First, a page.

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AIMS To investigate the aetiology of seed and boll rot of cotton grown in South Carolina (SC). METHODS AND RESULTS Bacteria were isolated from diseased locules of cotton bolls collected in a field in SC, USA and tested for the ability to cause comparable disease symptoms in greenhouse grown cotton fruit. Spontaneously generated rifampicin-resistant(More)
AIMS To determine the ability of the southern green stink bug (SGSB) (Nezara viridula L.) to transmit Pantoea agglomerans into cotton (Gossypium hirsutum) bolls. METHODS AND RESULTS An SGSB laboratory colony was kept on fresh green beans. A P. agglomerans variant resistant to rifampicin (Rif) (strain Sc 1-R) was used as the opportunistic cotton pathogen.(More)
Burkholderia cenocepacia strain K56-2, a representative of the Burkholderia cepacia complex, is part of the epidemic and clinically problematic ET12 lineage. The strain produced plant tissue watersoaking (ptw) on onion tissue, which is a plant disease-associated trait. Using plasposon mutagenesis, mutants in the ptw phenotype were generated. The translated(More)
The southern green stink bug, Nezara viridula (L.), is a significant pest of cotton, Gossypium hirsutum L., and is becoming an increasing challenge due to the decrease in use of broad-spectrum insecticides on the crop. The southern green stink bug can vector an opportunistic Pantoea agglomerans strain (designated Sc 1-R) into cotton bolls, resulting in(More)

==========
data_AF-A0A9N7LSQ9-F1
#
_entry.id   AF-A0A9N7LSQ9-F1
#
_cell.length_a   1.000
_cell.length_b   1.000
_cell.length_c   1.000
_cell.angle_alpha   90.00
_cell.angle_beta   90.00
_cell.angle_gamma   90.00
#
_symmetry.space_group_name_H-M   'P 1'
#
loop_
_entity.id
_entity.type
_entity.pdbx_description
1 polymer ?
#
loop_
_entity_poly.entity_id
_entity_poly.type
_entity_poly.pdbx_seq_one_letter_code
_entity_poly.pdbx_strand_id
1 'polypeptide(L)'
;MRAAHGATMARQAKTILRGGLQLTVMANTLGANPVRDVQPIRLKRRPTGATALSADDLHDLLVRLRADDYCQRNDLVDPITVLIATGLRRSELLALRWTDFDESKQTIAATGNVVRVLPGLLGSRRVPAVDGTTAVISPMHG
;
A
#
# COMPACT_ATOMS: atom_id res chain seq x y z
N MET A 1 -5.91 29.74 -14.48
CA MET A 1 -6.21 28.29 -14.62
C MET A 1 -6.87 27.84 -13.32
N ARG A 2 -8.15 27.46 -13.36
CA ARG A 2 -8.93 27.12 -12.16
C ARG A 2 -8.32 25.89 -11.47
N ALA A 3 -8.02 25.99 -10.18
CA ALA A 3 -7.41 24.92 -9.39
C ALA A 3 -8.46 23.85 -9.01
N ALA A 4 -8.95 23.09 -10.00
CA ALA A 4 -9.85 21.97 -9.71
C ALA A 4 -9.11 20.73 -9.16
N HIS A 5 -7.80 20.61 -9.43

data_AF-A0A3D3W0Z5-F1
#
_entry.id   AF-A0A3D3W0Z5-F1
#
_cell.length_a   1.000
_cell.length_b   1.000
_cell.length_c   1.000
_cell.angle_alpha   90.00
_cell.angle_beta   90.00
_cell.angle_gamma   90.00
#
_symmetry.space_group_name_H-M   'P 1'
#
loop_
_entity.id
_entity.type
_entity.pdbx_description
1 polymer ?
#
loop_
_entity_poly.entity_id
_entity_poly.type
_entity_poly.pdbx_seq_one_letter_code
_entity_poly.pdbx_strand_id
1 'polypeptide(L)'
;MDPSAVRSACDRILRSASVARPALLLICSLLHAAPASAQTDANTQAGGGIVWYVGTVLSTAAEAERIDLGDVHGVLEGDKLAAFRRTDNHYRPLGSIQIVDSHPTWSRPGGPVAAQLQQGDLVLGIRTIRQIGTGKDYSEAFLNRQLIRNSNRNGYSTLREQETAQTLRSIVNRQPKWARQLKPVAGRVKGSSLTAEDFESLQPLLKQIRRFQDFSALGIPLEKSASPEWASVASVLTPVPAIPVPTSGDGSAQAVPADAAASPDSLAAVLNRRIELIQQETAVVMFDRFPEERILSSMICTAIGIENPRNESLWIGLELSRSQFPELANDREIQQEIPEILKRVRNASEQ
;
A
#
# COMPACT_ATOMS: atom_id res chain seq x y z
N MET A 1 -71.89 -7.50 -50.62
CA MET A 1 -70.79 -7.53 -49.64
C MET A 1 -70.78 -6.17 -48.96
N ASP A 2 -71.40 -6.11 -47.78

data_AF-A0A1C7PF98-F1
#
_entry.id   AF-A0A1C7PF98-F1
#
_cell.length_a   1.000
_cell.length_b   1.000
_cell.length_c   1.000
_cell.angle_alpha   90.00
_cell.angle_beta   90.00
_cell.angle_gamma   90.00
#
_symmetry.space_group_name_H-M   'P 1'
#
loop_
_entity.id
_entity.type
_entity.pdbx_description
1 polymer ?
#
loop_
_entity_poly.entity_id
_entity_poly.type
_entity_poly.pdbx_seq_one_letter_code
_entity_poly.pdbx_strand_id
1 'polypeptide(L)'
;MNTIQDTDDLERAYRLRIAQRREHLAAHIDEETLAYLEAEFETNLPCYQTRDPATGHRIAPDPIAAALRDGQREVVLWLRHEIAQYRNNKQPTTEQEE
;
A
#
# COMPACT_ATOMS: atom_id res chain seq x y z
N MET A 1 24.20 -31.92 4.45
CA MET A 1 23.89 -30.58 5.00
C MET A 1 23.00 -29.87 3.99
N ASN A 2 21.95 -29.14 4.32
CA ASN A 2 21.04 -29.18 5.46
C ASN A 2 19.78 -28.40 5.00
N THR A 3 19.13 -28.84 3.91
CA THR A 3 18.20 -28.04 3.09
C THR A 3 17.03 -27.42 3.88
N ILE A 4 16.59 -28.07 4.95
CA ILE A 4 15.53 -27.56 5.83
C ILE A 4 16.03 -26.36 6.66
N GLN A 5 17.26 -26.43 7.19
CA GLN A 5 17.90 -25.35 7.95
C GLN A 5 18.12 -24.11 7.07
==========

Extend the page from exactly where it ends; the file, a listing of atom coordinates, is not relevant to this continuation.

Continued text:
Recently, we showed that the southern green stink bug (SGSB), Nezara viridula (L.), can transmit Pantoea agglomerans (Ewing and Fife), an opportunistic bacterium, into green cotton bolls resulting in plant disease. Here, we hypothesized that our established model could be used to determine if the SGSB was a general, non-discriminate vector by using two(More)
Klebsiella pneumoniae (associated with bacterial pneumonia) was previously isolated from Nezara viridula, a significant vector of cotton boll-rot pathogens. We provide the first annotated genome sequence of the cotton opportunistic strain K. pneumoniae 5-1. This data provides guidance to study the bases of cotton pathogenesis by bacteria associated with(More)
In 1999, crop consultants scouting for stink bugs (Hemiptera spp.) in South Carolina discovered a formerly unobserved seed rot of cotton that caused yield losses ranging from 10 to 15% in certain fields. The disease has subsequently been reported in fields throughout the southeastern Cotton Belt. Externally, diseased bolls appeared undamaged; internally,(More)
Pantoea ananatis is a bacterium with versatile niches that vary from pathogenic to beneficial. We present the genome of strain CFH 7-1, which was recovered from a diseased greenhouse cotton boll previously caged with a field-collected cotton fleahopper (Pseudatomoscelis seriatus). These data will assist in deciphering the infection process.